Later, a veteran Phoenix detective would say he had never seen a human being who suffered so much.

They finally got me. Reid, Mafia, RaceCo! Find Mark Reid.

Those were the last words he spoke.

 

 

Chapter Two

 

The weather is strange and a second lock is being installed on my office door.

“Give me an hour, at least,” the maintenance guy said. “County’s very picky about these doors, everything in the building, see? It’s historic. Plus, there’s other stuff….”

I asked him why I needed another lock. What was the “other stuff”?

“Work order.” He waved a piece of paper at me, as if that explained anything. When I didn’t take it, he turned to his tools, stored in a rolling rig like a suitcase.

I did feel proprietary about my space, even though  the taxpayers owned it. My office in the 1929 Maricopa County Courthouse was not the expansive room I had taken over when I first came back to the Sheriff’s Office. In those days, the building was largely empty, and I rather liked it that way, communing with the ghosts of old Phoenix a floor below the former jail. Among the former inmates: Ernesto Miranda.

When the county began an extensive remodeling a few years ago, the building was reclaimed and my old office became a courtroom. The replacement was decent, a fourth-floor room at the end of long mahogany hallway lit by hanging period lamps. It offered spacious ceilings and tall windows overlooking First Avenue. The door was crowned with a transom. I furnished it with a desk and swivel chair, two straight-backed chairs in front, and a six-foot-long lawyer’s table, all in dark cherry wood fitting the period. I added bookshelves, file cabinets, a small refrigerator, and a Bose speaker. The furniture was aged and dinged, scrounged from county storage, but it fit and I liked it. On one wall, I had a large combination cork-board and white board. And I had brought back my photograph of Sheriff Carl Hayden from 1909, placing  it squarely behind my desk. I could turn and look at him when I needed inspiration. Outside the door was a placard that read:

DEPUTY DAVID MAPSTONE
Sheriff’s Office Historian
Mike Peralta, Sheriff

Now I left the workman to his work order and singing drill. The hall opened onto the atrium and I took the curving staircase down, appreciating the Spanish tile, chandeliers, and carved ceilings, polished and restored   to their original grandeur. That was when Phoenix had a population of forty-eight thousand, and this was one of the most impressive results from a decade of building—a combination county courthouse and Phoenix City Hall. The staircase, like its companion on the opposite side of the tall atrium, rose against the walls like a necklace. When I reached the second floor, looking down into the ornate lobby, I saw a man with horns waiting to go through the metal detectors. Yes, horns. He was red. Red sleeveless T-shirt, reddish tint to his tan.

It wasn’t supposed to be this obvious. I remembered

Broadcast News. The devil would be attractive, nice, and helpful, dress well like William Hurt. Great movie, sad scene. And Baudelaire said the greatest trick the devil ever pulled was convincing the world he doesn’t exist. But subtlety didn’t play in Phoenix.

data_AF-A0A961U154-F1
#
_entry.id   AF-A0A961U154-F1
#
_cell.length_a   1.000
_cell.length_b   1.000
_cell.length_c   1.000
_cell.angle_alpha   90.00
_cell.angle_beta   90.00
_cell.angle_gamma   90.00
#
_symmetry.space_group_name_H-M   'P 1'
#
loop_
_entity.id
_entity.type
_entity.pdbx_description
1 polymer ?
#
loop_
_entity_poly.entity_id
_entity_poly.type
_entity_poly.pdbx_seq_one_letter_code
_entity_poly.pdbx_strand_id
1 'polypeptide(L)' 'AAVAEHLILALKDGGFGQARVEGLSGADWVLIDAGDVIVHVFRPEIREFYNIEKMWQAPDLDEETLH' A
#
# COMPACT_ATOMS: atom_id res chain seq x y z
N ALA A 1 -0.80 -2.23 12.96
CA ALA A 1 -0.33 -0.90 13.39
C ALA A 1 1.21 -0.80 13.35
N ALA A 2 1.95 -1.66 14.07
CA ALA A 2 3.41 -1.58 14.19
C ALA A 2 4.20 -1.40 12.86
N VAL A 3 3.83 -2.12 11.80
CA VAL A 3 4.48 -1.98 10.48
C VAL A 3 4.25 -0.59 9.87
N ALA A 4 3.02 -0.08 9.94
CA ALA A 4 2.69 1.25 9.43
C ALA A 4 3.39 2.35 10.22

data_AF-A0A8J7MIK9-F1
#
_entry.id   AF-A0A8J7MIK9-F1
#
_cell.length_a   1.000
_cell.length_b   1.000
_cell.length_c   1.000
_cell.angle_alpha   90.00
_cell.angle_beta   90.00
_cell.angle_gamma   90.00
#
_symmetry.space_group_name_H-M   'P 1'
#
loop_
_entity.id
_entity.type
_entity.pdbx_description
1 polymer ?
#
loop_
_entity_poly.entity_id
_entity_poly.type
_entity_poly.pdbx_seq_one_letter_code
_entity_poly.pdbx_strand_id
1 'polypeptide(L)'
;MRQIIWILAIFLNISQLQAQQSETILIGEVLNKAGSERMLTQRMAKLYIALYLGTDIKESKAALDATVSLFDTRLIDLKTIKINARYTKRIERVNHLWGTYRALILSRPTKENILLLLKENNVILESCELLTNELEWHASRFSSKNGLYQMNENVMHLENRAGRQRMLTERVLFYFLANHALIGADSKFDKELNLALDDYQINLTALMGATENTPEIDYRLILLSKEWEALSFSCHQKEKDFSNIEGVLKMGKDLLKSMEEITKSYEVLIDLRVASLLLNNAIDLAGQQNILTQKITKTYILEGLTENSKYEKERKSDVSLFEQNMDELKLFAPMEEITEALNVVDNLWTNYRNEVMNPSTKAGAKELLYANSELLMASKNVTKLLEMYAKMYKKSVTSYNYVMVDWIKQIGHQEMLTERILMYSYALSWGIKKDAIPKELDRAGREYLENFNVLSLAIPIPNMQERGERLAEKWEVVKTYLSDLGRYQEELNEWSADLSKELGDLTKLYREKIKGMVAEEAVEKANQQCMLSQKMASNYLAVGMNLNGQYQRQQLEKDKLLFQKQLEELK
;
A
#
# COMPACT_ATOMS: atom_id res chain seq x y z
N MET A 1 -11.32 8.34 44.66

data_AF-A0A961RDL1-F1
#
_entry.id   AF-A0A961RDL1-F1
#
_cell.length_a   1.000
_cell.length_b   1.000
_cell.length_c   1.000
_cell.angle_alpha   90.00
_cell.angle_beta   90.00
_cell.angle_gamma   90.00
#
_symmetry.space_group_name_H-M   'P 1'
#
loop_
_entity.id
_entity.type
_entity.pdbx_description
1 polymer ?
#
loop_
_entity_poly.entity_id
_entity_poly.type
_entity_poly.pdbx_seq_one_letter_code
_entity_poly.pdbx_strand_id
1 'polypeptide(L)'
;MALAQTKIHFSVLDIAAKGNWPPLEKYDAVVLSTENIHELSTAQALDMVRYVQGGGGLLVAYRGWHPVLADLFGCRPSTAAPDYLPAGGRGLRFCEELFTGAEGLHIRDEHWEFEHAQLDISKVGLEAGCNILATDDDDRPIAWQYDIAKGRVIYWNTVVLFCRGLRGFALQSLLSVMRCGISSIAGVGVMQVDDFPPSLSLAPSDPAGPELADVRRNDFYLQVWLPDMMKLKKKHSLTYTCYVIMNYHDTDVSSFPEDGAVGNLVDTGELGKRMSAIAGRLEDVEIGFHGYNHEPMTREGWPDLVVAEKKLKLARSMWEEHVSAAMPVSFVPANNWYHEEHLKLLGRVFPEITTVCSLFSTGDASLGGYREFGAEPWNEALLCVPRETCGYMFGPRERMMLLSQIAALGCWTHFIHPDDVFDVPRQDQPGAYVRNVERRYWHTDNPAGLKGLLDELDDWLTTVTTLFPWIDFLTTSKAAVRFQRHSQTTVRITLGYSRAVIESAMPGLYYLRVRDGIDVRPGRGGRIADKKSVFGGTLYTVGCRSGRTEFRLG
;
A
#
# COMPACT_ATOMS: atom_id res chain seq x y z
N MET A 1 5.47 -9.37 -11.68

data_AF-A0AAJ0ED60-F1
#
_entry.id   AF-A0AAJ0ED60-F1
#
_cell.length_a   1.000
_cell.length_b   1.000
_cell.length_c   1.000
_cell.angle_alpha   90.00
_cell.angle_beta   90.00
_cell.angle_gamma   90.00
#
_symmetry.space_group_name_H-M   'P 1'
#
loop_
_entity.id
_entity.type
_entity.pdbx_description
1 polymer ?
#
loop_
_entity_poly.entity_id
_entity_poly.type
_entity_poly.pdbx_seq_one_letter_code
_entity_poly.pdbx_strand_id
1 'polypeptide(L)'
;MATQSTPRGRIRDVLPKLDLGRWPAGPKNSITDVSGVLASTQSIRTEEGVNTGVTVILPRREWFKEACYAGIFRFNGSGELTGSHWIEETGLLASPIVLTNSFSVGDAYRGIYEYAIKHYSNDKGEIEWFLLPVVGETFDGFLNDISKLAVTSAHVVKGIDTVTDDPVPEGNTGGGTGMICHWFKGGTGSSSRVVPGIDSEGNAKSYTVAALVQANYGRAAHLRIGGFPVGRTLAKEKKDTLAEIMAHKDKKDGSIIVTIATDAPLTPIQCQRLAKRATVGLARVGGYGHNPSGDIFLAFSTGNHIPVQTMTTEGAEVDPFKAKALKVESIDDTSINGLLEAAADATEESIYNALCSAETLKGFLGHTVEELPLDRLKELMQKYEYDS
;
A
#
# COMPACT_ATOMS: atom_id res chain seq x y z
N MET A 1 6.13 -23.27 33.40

I studied the man. The horns protruded from beneath his shaved scalp, one on each side. Maybe they were a birth defect or perhaps they had been implanted from the same artist who had inked his muscled-up right arm. Another elaborate tat snaked up from inside the shirt onto his neck. Maybe he was the chief executive for a tech startup or maybe he was a defendant who had somehow made bail. One never knew today. I didn’t think he was an over-enthusiastic Sun Devils fan.

But the sight made me stop and tense. He was third  in a line of eight people, waiting to go through the metal detectors. Bouncing on the balls of his feet, he kept nervously looking around. But he didn’t think to look up, so he didn’t see me.

Courthouse shootings were well established on the menu of national mayhem and I wondered if it was about to be our time. He wasn’t wearing a trench coat concealing a shotgun or an assault rifle, nothing that obvious. But would we be the mass shooting of the week? The deputies at the security checkpoint were watching him, too. I couldn’t see his left arm and hand. He seemed to be deliberately keeping them at his side, out of the deputies’ sight. Or he might have a gun tucked behind him in his waist- band. If things went sideways, I could probably get a good aim point. But the black, wrought-iron railing provided no cover. I would get one chance to drop him. I slowed my breathing but could feel my heart thudding and my mouth was dry.

Cops under stress were always in danger of tunnel vision, only seeing the threat immediately in front of them. He might have been a distraction. I scanned the lobby inside the front doors and the people waiting in line to get in the building. The woman behind him looked iffy, torn jeans and a zip-up hoodie. She swung down a backpack and reached inside. I was about to crouch and reach for my weapon when her hand came out and it only held an ID card on a lanyard, which she slipped over her hoodie. A county employee.